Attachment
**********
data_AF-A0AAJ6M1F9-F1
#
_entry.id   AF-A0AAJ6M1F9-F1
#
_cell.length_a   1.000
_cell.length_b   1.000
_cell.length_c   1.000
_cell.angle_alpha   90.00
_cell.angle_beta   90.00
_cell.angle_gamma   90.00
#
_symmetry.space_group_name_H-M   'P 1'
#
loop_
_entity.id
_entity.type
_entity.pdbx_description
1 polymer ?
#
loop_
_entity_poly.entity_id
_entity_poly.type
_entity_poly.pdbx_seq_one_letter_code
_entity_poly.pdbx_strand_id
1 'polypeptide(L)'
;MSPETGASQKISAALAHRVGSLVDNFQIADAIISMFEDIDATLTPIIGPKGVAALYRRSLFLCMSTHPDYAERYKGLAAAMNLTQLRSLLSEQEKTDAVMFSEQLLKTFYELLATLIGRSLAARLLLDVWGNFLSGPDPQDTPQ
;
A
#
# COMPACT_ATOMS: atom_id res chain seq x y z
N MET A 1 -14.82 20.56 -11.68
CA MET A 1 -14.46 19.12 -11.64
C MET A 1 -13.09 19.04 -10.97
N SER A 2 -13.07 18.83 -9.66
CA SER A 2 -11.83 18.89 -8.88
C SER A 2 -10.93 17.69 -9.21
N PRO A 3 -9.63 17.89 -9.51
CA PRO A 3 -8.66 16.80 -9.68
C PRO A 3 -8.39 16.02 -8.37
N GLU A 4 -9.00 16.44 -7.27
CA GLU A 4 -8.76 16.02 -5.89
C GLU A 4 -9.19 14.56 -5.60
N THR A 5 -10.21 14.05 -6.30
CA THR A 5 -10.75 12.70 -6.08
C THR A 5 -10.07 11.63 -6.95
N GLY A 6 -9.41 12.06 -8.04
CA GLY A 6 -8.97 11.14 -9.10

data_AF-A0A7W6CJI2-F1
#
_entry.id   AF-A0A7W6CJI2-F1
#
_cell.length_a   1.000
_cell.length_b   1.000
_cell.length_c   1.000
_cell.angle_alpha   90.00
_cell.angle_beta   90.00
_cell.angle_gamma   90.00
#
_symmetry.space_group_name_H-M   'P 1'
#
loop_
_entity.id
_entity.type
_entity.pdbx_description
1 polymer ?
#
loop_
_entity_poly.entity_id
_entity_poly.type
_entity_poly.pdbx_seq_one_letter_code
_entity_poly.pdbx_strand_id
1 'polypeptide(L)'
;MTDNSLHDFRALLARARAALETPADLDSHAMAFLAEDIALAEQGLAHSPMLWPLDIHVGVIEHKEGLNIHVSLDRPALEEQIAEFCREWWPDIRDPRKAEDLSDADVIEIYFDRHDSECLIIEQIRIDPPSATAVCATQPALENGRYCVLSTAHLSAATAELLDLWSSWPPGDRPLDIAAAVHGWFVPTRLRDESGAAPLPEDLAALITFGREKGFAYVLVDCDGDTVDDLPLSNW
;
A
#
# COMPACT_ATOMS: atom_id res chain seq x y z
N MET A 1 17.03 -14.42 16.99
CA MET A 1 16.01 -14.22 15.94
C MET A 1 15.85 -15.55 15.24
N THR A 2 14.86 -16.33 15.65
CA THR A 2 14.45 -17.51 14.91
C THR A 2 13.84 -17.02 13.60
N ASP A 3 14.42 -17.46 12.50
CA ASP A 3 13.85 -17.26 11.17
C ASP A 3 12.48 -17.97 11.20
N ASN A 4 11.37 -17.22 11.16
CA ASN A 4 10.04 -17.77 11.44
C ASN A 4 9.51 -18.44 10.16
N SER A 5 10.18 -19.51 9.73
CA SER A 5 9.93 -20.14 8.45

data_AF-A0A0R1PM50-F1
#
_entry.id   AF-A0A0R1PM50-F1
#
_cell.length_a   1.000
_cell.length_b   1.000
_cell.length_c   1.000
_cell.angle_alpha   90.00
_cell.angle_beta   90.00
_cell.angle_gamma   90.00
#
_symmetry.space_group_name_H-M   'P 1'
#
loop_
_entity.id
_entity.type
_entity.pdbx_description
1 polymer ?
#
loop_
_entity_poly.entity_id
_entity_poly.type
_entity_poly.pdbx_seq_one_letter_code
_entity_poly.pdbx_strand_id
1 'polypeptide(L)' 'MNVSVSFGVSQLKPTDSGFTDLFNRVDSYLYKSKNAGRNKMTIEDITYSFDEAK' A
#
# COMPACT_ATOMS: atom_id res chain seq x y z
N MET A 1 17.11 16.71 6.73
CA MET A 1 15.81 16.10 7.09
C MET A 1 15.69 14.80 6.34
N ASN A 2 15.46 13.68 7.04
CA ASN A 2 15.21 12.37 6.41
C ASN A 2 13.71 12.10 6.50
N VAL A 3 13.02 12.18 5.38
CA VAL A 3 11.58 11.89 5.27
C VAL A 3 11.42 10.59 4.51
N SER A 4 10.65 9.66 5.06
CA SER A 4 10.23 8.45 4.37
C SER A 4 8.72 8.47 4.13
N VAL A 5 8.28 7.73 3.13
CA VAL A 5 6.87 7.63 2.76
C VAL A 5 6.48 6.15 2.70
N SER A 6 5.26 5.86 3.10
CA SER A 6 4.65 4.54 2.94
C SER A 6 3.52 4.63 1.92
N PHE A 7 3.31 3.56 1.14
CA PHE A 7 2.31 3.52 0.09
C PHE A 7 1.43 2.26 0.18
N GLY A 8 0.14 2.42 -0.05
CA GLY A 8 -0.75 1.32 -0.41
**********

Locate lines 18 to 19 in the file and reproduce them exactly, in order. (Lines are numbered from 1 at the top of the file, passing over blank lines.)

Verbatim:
1 polymer ?
#